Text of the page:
The basic objectives of the study were to: 1) Determine the exposure characteristics of farms and farm families; 2) Procure information on the total Michigan accident picture; 3) Provide supplemental information on the nature and incidence of accidents that would come under workmen's compensation; and 4) Collect information for use in safety education.
A random stratified sampling of 2,139 farms was obtained from ten county areas. This represented 2.57 percent of all Michigan farms. The period covered by the study was June 1, 1967 to May 31, 1968 with 224 volunteer interviewers completing the project.
Results show that only 50.7 percent of the accidents occurred to farm people while doing farm-work. The balance of the accidents occurred while doing home-work, other-work, or during periods of leisure. The incidence of farm-work accidents is in direct proportion to the hours exposure to accidents. Leisure accidents are more nearly a reflection of the number of farms or the number of people exposed to accidents.
Information obtained in this study justifies the following conclusions:
Accidents do not happen by pure chance. Variations in farm factors and in family characteristics affect the occurrence of accidents.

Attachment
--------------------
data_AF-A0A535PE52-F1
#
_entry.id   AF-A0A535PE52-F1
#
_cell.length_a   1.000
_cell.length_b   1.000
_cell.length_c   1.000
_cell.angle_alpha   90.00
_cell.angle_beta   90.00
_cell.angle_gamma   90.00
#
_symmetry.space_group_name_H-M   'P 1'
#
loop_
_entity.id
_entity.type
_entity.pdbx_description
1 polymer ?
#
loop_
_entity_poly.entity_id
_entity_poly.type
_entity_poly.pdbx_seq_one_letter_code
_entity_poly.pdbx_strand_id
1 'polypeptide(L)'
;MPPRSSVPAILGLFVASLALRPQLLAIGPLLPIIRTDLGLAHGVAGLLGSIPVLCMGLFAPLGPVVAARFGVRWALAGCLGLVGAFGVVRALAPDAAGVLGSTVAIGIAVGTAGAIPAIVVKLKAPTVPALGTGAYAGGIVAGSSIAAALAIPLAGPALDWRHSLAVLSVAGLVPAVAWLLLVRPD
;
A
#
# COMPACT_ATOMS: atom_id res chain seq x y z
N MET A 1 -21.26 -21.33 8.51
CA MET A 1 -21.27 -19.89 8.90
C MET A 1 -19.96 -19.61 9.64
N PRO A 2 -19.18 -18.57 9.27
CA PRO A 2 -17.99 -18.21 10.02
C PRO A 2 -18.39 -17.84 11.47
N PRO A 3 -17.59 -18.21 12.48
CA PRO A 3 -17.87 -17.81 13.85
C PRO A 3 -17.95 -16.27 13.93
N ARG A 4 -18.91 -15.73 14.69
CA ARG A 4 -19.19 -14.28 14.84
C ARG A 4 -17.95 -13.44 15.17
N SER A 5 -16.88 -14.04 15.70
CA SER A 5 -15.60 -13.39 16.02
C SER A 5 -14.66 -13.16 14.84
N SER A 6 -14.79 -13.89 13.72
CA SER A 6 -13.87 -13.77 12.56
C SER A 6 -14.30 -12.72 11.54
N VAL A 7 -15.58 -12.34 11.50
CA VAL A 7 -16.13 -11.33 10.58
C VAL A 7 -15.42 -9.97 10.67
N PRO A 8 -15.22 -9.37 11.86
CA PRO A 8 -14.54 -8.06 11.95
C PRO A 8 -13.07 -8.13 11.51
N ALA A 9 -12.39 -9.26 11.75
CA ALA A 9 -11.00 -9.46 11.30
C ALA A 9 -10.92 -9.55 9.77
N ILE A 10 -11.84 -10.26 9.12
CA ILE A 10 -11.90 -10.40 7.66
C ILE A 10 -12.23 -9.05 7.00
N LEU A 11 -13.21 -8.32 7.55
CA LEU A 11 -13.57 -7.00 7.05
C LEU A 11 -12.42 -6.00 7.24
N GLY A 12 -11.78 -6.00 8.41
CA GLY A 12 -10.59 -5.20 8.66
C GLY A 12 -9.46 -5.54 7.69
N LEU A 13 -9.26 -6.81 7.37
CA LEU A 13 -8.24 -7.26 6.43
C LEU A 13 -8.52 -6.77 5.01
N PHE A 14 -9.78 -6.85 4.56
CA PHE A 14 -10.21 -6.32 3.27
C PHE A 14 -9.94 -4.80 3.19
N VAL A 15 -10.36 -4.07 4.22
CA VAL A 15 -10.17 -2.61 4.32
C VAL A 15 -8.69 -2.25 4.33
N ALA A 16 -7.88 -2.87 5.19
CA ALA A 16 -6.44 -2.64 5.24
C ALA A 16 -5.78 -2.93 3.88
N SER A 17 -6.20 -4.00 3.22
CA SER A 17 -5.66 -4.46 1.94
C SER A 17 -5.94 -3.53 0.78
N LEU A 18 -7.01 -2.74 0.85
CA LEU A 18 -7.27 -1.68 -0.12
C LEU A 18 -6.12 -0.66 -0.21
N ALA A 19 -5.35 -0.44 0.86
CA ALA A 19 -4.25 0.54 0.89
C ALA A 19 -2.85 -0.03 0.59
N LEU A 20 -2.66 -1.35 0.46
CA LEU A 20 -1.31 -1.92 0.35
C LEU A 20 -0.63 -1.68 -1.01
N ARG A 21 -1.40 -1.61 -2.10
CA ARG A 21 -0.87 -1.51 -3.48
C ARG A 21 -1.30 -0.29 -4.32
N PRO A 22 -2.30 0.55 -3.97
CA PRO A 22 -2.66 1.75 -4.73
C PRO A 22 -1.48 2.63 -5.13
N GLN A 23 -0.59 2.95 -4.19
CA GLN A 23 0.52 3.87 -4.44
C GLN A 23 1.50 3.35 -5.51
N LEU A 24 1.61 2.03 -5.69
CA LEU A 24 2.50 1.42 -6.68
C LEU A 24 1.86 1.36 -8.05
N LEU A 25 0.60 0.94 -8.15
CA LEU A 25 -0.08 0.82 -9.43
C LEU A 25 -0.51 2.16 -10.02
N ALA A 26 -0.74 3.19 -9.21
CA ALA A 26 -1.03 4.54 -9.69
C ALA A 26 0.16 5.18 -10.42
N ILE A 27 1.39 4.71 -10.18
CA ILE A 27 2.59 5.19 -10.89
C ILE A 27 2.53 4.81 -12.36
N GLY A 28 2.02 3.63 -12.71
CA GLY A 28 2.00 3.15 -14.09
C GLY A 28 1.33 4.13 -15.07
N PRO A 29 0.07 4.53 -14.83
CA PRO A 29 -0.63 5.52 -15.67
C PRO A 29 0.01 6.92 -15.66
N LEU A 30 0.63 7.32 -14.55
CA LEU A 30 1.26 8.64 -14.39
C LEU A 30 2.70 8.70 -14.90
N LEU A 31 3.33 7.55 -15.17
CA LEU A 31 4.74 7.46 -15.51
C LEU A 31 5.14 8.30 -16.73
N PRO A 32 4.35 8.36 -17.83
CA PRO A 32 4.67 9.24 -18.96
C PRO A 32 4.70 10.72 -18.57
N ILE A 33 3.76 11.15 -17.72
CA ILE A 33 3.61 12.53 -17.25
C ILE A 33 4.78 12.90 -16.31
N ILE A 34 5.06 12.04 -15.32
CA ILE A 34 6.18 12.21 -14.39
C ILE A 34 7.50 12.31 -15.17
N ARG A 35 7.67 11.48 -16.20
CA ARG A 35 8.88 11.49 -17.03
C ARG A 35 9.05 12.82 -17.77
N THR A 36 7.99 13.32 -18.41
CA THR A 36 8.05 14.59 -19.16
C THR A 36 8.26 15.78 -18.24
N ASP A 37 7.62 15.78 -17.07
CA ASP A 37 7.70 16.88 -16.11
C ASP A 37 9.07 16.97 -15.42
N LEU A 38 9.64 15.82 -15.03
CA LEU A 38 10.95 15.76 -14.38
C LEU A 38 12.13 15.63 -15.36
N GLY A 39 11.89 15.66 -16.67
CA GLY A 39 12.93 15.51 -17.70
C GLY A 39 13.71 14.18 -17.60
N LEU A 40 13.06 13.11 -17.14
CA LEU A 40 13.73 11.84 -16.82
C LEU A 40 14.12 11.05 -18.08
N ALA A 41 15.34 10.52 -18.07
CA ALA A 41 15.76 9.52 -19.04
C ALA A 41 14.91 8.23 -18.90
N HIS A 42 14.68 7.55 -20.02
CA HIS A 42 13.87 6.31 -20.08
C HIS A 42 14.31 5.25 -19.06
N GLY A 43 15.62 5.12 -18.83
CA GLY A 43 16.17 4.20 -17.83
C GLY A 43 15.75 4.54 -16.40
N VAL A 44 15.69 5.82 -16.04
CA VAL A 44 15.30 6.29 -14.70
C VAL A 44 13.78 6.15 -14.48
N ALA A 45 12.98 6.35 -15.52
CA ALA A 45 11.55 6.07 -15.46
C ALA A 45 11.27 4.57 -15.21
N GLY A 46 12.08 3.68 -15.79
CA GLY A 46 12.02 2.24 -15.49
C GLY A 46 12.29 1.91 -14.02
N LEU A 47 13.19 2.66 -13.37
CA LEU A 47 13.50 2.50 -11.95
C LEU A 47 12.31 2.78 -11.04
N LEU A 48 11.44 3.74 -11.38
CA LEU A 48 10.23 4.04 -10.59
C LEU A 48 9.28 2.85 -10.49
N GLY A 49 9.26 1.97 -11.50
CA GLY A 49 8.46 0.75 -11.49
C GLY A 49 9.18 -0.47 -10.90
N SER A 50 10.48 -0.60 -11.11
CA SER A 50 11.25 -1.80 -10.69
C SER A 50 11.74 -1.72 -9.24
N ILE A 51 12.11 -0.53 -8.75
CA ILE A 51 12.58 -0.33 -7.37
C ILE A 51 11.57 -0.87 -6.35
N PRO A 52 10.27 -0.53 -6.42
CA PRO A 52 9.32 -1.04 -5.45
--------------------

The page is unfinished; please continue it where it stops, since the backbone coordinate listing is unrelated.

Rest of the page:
Several likely candidates for an accident prevention program were found. Tractors, ladders and farm wagons had 6.5, 6.1, and 4.7 percent respectively of all accidents. There is a large potential for improvement in safe practices in these three categories. Leaders would do well to consider the overall impact any program would have on the reduction of the accident frequency.
SOURCE AND NATIONAL LIBRARY OF MEDICINE ID#
SOURCE: East Lansing, Michigan: Rural Manpower Center, Michigan State University; 1968. 51.NLOM ID#: No ID#.
This document was extracted from the CDC-NIOSH Epidemiology of Farm Related Injuries: Bibliography With Abstracts, U.S. Department of Health and Human Services, Public Health Service, Centers for Disease Control, National Institute for Occupational Safety and Health.
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